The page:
v Thinking I’m really overdue for a press trip for a travel article. Mary was my partner in crime for two trips, one to an Eastern Shore resort that was fun, but its luxury not really her kind of travel, and another that was more her thing, staying in a small B&B and tramping around exploring Richmond, Virginia.
v Telling my mother about a program I had coming up in Annapolis that was to start at 8 a.m., and that with some of my classmates considering staying overnight the night before that. Suddenly I was remembering the group’s opening retreat in Pennsylvania where I did stay at a motel the previous night, courtesy of Mary, who told me she didn’t want me driving early in the morning—also for an 8 a.m. start--after my usual late night working and the medications I take usually at 1 in the morning. Just a beautiful, completely generous gesture so typical of Mary. Her Facebook page shared stories of even huger generosity, given still so openly.
v Reading the spring National Geographic Live! brochure and reaching the page on the All Roads Film Project, “Women Hold Up Half the Sky,” films by women directors from international and indigenous cultures. We had gone to one of these programs together a year or two ago, to a film about a matriarchal community still existing in modern China. That’s the kind of cultural outing Mary and I loved best.
v Reading a book about two women travelers in the 1920s and wanting to share the fun of it, thinking I’d pass it to Mary when I finished it, that she would love it.
v Seeing women wearing Asian-inspired jewelry or clothing.
v Every time I write to certain friends on Gmail, when a suggestion courtesy of Google pops up automatically suggesting other people I might want to send the email to-- often, Mary,
v Seeing people with the beautiful ruddy faces suggesting they might be from Nepal, or seeing the word “sherpa” in a mail-order catalog describing some thick comfy outerwear. Mary spent years in Nepal in the Peace Corps before going into the Foreign Service, and retained many friendships from that time, including her favorite Sherpa.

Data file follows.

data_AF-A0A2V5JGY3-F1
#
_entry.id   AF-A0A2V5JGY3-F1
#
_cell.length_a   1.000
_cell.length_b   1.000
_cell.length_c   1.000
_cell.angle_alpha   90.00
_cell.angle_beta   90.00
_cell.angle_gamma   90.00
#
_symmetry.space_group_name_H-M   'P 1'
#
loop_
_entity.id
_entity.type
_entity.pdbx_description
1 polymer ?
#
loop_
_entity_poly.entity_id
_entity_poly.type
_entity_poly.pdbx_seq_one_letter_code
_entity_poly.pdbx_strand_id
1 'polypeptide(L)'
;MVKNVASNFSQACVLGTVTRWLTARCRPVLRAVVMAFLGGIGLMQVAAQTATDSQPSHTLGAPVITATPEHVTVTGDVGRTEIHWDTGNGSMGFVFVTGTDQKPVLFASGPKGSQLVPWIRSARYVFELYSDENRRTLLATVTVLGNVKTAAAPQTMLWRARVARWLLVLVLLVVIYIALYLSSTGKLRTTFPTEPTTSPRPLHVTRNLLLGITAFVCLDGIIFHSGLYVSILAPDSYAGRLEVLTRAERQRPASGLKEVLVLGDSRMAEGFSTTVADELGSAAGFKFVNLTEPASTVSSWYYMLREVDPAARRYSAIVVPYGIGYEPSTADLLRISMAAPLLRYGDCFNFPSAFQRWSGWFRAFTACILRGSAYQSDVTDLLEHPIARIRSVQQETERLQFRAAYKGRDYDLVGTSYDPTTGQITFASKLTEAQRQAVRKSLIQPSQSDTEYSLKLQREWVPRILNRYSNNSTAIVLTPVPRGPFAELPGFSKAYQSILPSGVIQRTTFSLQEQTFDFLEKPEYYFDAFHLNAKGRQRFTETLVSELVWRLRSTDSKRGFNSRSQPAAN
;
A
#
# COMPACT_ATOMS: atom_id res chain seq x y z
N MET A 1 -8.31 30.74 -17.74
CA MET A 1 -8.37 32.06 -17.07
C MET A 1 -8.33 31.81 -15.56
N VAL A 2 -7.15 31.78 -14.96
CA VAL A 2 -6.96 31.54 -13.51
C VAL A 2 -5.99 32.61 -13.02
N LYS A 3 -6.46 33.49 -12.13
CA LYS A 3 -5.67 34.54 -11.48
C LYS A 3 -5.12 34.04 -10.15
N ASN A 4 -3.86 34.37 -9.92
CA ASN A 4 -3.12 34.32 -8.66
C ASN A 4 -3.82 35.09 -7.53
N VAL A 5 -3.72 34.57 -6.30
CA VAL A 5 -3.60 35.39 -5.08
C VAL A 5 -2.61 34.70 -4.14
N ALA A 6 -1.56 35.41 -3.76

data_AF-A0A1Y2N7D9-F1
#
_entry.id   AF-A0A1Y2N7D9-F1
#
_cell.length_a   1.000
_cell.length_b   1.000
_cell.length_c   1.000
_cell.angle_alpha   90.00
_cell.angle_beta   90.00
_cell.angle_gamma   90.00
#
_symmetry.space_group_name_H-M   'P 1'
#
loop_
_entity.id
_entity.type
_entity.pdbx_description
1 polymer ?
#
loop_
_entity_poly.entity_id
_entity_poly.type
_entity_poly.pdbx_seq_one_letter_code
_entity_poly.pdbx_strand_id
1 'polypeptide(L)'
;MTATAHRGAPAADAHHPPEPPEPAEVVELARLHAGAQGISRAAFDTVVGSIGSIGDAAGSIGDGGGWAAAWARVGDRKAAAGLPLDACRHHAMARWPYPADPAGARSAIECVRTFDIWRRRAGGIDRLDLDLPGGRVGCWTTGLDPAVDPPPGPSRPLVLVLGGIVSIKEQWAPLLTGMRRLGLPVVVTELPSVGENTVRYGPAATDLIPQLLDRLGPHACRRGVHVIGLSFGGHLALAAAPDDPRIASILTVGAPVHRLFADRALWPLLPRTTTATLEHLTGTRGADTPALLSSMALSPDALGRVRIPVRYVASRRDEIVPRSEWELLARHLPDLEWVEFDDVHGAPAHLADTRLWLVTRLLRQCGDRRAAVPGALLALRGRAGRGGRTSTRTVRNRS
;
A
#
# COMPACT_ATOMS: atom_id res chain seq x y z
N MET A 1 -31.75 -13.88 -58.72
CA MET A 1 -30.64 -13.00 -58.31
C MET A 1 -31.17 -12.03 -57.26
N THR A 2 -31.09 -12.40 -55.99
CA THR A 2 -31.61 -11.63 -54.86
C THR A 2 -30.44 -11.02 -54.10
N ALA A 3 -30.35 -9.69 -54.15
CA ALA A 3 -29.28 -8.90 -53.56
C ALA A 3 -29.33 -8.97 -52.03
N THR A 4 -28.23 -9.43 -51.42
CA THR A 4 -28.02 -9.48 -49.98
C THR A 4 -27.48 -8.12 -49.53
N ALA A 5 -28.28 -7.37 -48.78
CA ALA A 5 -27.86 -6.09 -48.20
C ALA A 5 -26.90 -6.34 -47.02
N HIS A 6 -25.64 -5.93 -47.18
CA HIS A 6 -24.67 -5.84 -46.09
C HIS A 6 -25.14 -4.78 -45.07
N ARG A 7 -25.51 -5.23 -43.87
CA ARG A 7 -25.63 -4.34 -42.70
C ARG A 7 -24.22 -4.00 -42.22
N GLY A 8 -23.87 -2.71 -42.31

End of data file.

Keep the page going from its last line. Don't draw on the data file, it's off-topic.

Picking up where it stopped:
v Roaming in the library or a bookstore. Again, despite the fact that one of Mary’s job was as a bookseller at the now-defunct Border’s, she could always spend more time around the books that we both loved so well. One of our favorite mutual haunts was the Freer & Sacker gift shop/book shop. Oh, the trouble we could get in there!
v Seeing a play last night that dealt with how a group of people at the hospital together got through the last hours of a loved one, how one in particular remembered the man. (Perhaps it was a bit too soon for me to take in a play like that.)
Mary was always up for dim sum and we had a favorite spot the town over from where I live in Maryland. At Chinese New Year, just a couple of weeks after her passing, two friends who’d become friends of Mary’s through me over the years, and their children, celebrated with the traditional dim sum, and we saved a seat for Mary. And every late July, those same two friends and I will celebrate the Leo Birthday gatherings the four of us had held for years. And Mary will be there with us.
For the first few weeks after her passing I would hop on Facebook every night to see if there were new photos of her or anecdotes about her shared by all the people whose lives she had touched. I still go back, though less often, hoping for more.
I am grateful to Mary’s sisters for having a memorial service here, though at her instruction she’ll be buried back in Wisconsin with her family. It allowed some of us who had been privileged to know her, as friend or as colleague, a chance to swap warm and funny anecdotes about her, to sing some songs she loved, to learn more about her family, to look at some adorable pictures of her as a child and fondly remember the times of her photos as an adult, and to honor her immense but easy generosity and her no-regrets life which I, for one, aspire to emulate.
I love you, Mary.
“I think of memories as…bringing [her] back before me.
No, she is not reborn. And she is probably not a ghost drifting above me, or an angel singing in heaven.
But nor is she nothing, and there is not nothing after her death.
. There are all my recollected moments of time I spent with her.”
(Nina Sankovitch, from Tolstoy and the Purple Chair: My Year of Magical Reading)